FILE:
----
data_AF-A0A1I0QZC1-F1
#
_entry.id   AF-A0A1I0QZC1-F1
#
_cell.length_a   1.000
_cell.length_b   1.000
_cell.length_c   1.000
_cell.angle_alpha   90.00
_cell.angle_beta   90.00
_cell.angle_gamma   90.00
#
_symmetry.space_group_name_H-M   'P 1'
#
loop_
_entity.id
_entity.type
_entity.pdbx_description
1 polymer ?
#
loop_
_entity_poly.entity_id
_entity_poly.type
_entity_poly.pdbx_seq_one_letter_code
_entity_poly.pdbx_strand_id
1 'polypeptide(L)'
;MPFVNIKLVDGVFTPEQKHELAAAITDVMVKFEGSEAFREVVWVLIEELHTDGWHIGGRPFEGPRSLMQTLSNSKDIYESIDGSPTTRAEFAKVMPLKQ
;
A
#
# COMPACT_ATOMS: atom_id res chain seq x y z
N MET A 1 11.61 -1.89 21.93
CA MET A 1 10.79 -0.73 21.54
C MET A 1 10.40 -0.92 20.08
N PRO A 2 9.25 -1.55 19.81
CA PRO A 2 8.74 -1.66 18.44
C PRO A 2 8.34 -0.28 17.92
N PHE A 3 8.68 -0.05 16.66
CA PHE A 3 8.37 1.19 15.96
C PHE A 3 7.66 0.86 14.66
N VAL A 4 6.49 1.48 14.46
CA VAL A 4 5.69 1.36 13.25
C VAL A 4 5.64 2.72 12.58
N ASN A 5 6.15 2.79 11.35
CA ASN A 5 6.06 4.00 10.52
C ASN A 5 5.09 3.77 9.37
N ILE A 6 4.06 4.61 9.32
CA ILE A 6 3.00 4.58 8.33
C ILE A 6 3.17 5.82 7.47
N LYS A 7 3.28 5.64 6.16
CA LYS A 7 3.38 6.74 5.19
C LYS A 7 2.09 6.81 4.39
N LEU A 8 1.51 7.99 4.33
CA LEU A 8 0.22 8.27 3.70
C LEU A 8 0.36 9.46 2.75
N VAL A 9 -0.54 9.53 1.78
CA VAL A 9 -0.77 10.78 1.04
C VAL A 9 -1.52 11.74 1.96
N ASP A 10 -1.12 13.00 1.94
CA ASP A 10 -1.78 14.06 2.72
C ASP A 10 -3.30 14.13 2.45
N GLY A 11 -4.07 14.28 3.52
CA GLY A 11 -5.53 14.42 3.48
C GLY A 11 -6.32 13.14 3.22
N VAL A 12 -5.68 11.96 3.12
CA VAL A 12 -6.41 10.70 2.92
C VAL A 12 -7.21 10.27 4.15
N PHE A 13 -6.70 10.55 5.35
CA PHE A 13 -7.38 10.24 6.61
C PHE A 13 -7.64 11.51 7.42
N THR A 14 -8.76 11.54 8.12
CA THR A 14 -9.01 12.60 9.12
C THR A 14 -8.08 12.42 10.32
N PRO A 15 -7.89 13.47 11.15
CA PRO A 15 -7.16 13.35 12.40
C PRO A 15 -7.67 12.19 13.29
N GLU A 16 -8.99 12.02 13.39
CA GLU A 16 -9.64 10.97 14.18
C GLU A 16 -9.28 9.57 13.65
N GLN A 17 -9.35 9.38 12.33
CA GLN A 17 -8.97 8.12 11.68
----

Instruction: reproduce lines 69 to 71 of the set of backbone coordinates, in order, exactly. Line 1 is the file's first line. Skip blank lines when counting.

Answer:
C PHE A 13 -7.64 11.51 7.42
N THR A 14 -8.76 11.54 8.12
CA THR A 14 -9.01 12.60 9.12